It seems clear that the first epoch of the 3rd Millennium, the Network Age, was already asserting itself in increasingly powerful ways by the early 1990s, if not sooner, through the literal reorganization of the social, political, and economic infrastructure around electronic networks. Samuel R. Smith
Ideas and discussions about networks and complexity are increasingly important among the most diverse communities. These range from hippies to hard-nosed business people and from radical activists to right wing reactionaries and all shades of opinion in between. The discussions range from visions of a collaborative heaven to a hell filled with terrorists, paedophiles and copyright pirates.
Whatever the vision, most seem to start from the assumption that networks are in some way a new phenomenon or at least that they are much more significant now than ever before. They are seen as either the product of, or at least encouraged by, the recent explosive growth of digital media and particularly the internet. Few commentators on the subject explore the nature of networks, except to provide a small number of examples that suit their argument.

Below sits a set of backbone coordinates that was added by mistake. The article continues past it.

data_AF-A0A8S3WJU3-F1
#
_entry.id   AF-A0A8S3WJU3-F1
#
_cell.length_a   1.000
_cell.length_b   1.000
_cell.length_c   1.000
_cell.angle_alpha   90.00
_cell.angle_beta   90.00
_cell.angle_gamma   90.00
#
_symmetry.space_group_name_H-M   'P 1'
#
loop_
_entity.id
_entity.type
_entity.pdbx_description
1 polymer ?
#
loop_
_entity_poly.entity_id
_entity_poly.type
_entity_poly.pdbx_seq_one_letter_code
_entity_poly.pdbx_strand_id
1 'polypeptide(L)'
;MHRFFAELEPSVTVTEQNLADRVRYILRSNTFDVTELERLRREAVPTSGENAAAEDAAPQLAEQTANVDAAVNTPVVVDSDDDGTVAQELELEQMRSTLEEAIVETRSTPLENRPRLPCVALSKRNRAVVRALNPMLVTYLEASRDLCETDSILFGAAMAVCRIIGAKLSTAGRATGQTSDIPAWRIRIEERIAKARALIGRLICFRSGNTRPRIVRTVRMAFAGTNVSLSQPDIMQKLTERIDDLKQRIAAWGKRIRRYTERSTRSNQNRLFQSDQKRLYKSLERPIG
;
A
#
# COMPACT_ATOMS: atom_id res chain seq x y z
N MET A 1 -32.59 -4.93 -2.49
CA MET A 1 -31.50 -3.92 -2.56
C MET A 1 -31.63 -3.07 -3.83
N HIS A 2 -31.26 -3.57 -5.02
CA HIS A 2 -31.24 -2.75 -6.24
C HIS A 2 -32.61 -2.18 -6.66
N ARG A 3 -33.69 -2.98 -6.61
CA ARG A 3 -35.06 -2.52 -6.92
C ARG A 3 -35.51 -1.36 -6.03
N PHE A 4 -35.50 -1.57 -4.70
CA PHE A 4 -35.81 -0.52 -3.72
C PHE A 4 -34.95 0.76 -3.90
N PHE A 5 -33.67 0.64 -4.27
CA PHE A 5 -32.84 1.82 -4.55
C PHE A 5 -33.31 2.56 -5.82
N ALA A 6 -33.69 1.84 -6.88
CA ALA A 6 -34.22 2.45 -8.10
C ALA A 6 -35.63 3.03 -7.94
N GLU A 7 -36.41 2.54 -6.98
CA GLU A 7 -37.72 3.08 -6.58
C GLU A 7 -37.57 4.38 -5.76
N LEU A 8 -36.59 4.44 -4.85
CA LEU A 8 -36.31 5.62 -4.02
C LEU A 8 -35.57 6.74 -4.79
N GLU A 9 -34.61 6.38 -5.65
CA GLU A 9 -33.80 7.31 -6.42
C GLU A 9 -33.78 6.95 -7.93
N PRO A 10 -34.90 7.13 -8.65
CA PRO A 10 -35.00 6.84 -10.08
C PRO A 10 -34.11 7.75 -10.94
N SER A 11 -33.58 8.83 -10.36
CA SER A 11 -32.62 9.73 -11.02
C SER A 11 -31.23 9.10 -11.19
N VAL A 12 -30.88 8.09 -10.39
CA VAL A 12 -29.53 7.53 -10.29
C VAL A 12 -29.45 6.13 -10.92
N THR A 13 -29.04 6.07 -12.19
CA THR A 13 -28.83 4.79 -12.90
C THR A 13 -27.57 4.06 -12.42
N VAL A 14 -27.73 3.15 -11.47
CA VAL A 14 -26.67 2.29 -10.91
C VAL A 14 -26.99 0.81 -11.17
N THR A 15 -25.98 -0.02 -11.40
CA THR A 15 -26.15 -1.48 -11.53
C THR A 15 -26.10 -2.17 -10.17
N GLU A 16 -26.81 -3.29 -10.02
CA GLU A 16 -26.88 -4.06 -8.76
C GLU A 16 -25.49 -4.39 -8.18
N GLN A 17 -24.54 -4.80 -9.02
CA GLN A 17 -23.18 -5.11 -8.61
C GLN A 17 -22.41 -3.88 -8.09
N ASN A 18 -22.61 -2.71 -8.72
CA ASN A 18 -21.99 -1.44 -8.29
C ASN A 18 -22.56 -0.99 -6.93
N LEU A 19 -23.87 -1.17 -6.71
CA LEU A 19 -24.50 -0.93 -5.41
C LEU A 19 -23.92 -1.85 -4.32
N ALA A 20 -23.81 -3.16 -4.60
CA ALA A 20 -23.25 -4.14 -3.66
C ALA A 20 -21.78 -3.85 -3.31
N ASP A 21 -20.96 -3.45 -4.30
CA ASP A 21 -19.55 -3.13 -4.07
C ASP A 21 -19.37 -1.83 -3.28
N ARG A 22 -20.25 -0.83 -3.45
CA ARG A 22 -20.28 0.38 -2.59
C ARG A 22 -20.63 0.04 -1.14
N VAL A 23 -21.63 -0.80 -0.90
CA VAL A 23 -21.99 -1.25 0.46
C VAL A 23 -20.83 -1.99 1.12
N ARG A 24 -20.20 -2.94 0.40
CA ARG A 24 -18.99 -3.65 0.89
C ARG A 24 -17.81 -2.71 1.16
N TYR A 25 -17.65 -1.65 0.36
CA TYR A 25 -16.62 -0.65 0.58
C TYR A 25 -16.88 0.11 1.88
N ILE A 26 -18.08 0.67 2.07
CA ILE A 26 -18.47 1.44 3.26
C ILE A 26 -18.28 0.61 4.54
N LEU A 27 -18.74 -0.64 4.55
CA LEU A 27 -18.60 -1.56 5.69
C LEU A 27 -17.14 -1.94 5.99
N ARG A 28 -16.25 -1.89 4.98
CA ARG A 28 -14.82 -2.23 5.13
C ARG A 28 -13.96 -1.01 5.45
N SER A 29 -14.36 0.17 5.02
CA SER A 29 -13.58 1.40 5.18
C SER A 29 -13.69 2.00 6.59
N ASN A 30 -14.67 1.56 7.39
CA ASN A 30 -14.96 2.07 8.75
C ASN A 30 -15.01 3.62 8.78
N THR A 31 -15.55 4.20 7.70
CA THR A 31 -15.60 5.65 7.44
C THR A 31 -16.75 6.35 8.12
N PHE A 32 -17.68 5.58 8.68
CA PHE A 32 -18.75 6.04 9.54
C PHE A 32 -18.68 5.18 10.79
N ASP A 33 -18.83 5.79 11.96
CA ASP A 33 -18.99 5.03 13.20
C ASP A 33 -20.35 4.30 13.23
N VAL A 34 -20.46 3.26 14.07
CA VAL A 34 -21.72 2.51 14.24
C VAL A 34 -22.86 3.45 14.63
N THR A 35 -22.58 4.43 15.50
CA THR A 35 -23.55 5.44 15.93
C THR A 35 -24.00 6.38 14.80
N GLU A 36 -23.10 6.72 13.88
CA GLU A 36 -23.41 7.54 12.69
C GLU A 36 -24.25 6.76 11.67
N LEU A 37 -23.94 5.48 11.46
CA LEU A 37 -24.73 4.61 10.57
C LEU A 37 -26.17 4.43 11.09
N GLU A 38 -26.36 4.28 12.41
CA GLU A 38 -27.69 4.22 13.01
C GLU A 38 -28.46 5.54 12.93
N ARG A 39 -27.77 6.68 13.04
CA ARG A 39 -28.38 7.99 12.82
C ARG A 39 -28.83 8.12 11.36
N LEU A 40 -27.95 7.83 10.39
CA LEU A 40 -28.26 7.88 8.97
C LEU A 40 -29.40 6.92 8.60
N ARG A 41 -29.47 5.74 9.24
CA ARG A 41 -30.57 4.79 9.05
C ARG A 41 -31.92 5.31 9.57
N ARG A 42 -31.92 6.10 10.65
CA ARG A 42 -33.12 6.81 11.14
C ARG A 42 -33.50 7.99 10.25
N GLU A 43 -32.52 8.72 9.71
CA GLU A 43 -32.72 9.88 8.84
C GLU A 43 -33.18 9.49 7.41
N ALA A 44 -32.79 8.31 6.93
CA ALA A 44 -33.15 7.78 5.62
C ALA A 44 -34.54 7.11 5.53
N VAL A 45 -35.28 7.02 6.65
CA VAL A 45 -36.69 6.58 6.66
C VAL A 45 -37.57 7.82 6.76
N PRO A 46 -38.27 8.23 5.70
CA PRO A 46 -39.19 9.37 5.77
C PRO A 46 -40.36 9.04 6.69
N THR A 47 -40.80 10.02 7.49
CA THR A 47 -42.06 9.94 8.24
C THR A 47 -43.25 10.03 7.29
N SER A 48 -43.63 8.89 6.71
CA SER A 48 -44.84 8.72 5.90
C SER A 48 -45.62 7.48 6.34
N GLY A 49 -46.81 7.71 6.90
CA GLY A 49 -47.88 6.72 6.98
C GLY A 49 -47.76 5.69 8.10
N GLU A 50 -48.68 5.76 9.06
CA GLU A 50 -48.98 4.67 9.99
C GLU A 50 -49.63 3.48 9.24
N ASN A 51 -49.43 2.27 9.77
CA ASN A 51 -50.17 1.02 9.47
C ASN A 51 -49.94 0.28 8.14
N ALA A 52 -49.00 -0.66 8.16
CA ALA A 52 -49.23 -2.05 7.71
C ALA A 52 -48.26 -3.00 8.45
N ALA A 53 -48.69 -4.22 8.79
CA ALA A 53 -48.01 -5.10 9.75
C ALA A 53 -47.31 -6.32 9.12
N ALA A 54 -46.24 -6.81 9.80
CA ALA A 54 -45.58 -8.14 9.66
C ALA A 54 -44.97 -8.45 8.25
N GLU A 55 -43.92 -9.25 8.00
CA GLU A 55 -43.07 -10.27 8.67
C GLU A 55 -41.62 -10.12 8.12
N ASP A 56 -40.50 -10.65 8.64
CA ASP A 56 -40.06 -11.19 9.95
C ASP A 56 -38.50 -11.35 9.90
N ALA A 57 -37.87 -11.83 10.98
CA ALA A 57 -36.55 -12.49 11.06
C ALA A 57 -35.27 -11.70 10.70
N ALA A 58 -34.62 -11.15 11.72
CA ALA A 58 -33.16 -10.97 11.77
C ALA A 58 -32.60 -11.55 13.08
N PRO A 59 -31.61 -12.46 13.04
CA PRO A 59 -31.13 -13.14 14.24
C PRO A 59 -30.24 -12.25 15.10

Feral Trade Coffee is imported by Kate Rich from Sociedad Cooperative de Cafecultores Nonualcos R.L. in high altitude El Salvador and traded along social networks. Whilst never actually calling itself art, this project reveals the social-context, texture and aesthetics of this venture in â€˜new international trade relationsâ€™, with coffee as its medium.
I drank my first cup of Feral Trade coffee at the Risk Academy media lab at the CCA in Glasgow a couple of weeks ago. Every morning it cheered and revived academicians recovering from the previous nightsâ€™ excesses of Balvenie and Laphroaig. Weâ€™re told that this third shipment is a milder roast than the previous batches and having purchased a bag to drink at home, I can still taste the green in the bean at the top of my palate in this young, light bodied coffee,
New blog criticises growth of Tesco. Interview/news story with founder Dave Miller
The astonishing growth of Britainâ€™s biggest supermarket has become the focus of a new blog. Supermarket-sweep-up.com was launched earlier this week by a non-affiliated â€œconcerned consumerâ€ who says he is worried by the rise and rise of Tesco.
The new blog, dedicated to the UK-based retail juggernaut, hopes to place greater public scrutiny on the company, which recently posted record profits and now accounts for nearly 30% of the UK retail food market.